Ngozi Okonjo-Iweala, an economist, global finance expert, and former finance minister of Nigeria, is all set to become the next director-general of the World Trade Organization (WTO), making her the first woman and the first African to hold the post.
Her path to lead the WTO became clear after South Korea’s trade minister Yoo Myung-hee withdrew her nomination from the post.
The 66-year-old Okonjo-Iweala, who is a Harvard graduate, has tremendous experience in working for financial institutions and in the sector of finance: apart from serving as the finance minster of Nigeria twice, she has spent more than two decades as a development economist at the World Bank, rising to the position of the Managing Director. In her stint with the World Bank, she is widely credited with heading several developmental initiatives for the poor nations. She is currently serving as the chairwoman of the Center for Global Development. She also sits on the boards of Twitter, Standard Chartered Bank, and the Global Alliance for Vaccines and Immunization (GAVI), which has immunized 680 million children globally and saved ten million lives since its inception in 2000.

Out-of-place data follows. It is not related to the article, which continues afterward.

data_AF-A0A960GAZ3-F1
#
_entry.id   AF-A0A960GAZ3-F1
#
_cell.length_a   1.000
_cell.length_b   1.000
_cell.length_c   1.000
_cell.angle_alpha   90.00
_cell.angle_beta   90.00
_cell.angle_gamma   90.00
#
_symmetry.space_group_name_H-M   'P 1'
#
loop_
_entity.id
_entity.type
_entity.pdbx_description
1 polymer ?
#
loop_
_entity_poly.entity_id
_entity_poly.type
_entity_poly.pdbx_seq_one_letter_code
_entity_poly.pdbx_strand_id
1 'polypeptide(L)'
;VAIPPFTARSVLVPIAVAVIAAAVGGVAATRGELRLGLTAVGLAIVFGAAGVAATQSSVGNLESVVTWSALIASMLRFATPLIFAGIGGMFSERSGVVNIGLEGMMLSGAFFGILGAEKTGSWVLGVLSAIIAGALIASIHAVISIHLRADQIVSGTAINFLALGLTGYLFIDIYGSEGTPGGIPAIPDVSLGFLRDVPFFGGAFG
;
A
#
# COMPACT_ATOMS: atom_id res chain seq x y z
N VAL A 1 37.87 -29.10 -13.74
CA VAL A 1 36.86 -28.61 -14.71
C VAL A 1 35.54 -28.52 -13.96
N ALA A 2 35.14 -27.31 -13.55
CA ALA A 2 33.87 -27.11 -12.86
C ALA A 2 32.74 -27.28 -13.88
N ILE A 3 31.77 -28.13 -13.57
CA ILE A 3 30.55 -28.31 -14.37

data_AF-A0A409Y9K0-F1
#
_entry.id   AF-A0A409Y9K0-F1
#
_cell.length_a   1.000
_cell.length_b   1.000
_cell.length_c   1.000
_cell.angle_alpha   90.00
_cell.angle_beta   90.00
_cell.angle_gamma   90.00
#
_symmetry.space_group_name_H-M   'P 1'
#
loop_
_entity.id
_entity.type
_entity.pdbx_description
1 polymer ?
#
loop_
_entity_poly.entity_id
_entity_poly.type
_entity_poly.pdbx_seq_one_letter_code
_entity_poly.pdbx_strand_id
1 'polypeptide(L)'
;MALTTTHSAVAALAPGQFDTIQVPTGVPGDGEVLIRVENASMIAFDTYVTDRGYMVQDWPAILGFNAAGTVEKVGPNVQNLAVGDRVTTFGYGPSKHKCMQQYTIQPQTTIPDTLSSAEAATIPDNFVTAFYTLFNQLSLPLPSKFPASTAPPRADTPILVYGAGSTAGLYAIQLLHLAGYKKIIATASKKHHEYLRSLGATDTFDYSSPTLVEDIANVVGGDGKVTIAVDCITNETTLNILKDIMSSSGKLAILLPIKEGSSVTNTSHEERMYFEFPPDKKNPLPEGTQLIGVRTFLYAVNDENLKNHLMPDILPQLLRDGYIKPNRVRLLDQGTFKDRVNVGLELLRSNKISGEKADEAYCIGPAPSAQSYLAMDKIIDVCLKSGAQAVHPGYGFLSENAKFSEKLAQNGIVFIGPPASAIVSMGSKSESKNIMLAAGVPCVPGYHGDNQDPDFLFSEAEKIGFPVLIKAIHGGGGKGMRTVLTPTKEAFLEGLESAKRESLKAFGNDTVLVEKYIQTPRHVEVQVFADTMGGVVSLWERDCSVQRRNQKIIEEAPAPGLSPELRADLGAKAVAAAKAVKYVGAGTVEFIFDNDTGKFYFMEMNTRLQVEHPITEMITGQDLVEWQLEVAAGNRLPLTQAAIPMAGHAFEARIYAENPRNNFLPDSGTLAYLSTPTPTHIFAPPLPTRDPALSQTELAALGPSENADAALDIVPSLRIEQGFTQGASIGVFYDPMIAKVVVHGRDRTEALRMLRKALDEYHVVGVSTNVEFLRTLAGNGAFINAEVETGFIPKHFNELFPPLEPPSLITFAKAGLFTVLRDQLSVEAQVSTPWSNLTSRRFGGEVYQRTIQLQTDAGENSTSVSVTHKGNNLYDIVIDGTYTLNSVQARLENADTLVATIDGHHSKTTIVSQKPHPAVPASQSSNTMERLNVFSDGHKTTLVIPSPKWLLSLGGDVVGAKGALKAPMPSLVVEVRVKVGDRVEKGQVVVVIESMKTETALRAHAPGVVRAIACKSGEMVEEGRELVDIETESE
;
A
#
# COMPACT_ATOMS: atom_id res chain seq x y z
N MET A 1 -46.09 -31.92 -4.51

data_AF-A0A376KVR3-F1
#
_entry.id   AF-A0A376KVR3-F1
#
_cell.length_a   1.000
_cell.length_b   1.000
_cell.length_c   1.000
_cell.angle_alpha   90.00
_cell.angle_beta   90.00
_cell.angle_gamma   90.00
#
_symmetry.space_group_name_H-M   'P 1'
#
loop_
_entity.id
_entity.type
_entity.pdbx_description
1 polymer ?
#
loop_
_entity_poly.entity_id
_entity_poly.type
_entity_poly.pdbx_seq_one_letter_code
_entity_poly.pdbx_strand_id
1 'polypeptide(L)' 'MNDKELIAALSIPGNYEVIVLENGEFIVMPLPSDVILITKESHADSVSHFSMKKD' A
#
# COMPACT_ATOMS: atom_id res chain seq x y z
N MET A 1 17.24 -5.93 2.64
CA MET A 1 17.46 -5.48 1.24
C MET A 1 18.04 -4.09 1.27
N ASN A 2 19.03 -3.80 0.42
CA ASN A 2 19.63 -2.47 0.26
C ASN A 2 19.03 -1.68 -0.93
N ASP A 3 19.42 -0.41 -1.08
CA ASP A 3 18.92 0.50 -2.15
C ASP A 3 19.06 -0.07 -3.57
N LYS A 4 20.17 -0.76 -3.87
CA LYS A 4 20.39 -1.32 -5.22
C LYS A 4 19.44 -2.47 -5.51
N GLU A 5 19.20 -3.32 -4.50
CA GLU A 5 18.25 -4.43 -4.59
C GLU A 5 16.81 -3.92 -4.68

“Dr. Okonjo-Iweala is eager to focus on the many needed reforms at the W.T.O.,” Molly Toomey, a spokeswoman for Dr. Okonjo-Iweala said. “She is humbled by the support she has received from W.T.O. members and of champions in Nigeria and other parts of the world.”
The World Trade Organization, headquartered in Geneval, was established in 1995 to regulate international trade between nations and promote free trade. It has been without a permanent director-general since Roberto Azevêdo of Brazil resigned in August last year without a permanent successor.
It is women like Ngozi Okonjo-Iweala who shatter the glass ceiling and inspire other women to follow suit. Isn’t it?